$7.5 Million NIH Grant to Yale for Autism Center of Excellence
The Yale Child Study Center has been awarded the Autism Center of Excellence (ACE) status by the National Institutes of Health. This highly competitive and prestigious award comes with $7.5 million of direct funding over five years to the Autism Program led by Ami Klin.
“This is our largest award to date, and signifies a recognition of the national leadership in research of autism provided by our interdisciplinary group of clinical scientists,” said Klin, the Harris Associate Professor of Child Psychology & Psychiatry in the Child Study Center. “The Yale ACE will further strengthen our commitment to finding the causes of autism and developing more effective treatments.”
Klin’s colleagues on the Yale ACE include Fred Volkmar, Robert Schultz, Warren Jones, Kasia Chawarska, Rhea Paul, Matthew State, Elena Grigorenko and Joseph Chang. The team plans three longitudinal projects focused on infants with autism aged 12 to 24 months. Another project involves neuroimaging studies of a cohort of children evaluated at various stages in their development, first at two years of age, then at four and eight and finally at 10-years-old. The researchers hope to trace underlying mechanisms of brain growth and specialization of individuals with autism. A fifth project focuses on a family of genes and linked proteins found to be associated with forms of autism.
Autism is a complex brain disorder that inhibits a person’s ability to communicate and develop social relationships, and it is often accompanied by extreme behavioral challenges. Autism affects about two million Americans. Autism Spectrum Disorders are diagnosed in one in 150 children in the United States and affects four times as many boys as girls. Researchers do not know how many subtypes of autism exist. There are probably several causes giving rise to this neurodevelopmental syndrome, but researchers have found that it is the most strongly genetic condition among all developmental disorders.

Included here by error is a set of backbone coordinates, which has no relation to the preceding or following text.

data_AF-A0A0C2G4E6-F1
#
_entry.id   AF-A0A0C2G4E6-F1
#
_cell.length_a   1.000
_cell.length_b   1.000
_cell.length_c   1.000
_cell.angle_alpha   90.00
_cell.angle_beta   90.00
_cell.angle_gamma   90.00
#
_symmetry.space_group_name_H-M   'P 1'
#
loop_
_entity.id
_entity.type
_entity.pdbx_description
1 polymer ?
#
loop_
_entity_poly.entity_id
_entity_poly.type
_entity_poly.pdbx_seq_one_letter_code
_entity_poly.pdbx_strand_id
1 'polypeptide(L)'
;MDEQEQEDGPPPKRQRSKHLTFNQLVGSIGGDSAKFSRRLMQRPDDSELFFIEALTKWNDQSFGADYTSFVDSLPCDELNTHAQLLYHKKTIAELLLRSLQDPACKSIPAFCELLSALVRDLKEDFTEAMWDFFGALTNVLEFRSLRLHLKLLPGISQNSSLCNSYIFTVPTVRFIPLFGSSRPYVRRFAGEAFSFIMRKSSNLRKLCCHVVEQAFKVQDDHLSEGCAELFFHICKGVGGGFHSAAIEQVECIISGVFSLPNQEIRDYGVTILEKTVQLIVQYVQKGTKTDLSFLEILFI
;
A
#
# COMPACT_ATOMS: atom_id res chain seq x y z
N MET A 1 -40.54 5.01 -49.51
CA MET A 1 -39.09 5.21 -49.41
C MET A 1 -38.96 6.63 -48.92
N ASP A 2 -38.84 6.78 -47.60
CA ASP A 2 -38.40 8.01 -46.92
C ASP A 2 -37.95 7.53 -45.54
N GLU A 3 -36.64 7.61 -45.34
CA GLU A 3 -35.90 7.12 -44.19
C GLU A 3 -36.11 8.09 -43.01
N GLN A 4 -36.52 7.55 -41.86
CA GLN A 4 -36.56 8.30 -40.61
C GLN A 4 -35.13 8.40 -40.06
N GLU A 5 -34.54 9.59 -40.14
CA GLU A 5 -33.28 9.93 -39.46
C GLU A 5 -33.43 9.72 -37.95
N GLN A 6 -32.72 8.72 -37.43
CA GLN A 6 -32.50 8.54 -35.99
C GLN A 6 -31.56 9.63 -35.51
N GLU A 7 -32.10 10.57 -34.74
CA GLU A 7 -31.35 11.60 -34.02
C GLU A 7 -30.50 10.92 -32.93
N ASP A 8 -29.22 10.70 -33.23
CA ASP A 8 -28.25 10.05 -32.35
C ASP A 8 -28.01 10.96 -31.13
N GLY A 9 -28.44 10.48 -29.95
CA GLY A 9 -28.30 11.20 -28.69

“The Yale Child Study Center has led the way in research of autism for several decades,” said Volkmar, the Irving B. Harris Professor of Child Psychiatry, Pediatrics and Psychology, and Director of the Yale Child Study Center. “This award signifies a redoubling of our efforts in an attempt to meet the magnitude and urgency of the task at hand.”
Key in this effort is the involvement of the Yale Child Study Center Developmental Disabilities Clinics and the Yale University Department of Statistics. A longstanding collaboration with the Yale School of Medicine Department of Genetics also strengthens the research program.
The main sponsor of the Yale ACE will be the National Institutes of Mental Health, in partnership with the National Institute of Child Health and Human Development and the National Institute on Deafness and Other Communication Disorders.
In addition to ACE, Yale also received funding for two multi-site projects. The first is a network focused on neuroimaging studies of infants at risk for autism led at Yale by Schultz, associate professor in the Yale Child Study Center and Diagnostic Radiology, and co-director of the Yale Developmental Neuroimaging Program. This network will trace mechanisms of brain growth, which are altered in autism in the first two years of life. The second is a network focused on gene findings led at Yale by State, the Harris Associate Professor of Child Psychiatry and Genetics, and Director of the Yale Program on Neurogenetics. This network signifies the pooling of resources of the national leaders in genetics research of autism with a view to speed up the discovery of genes and their mechanisms of action.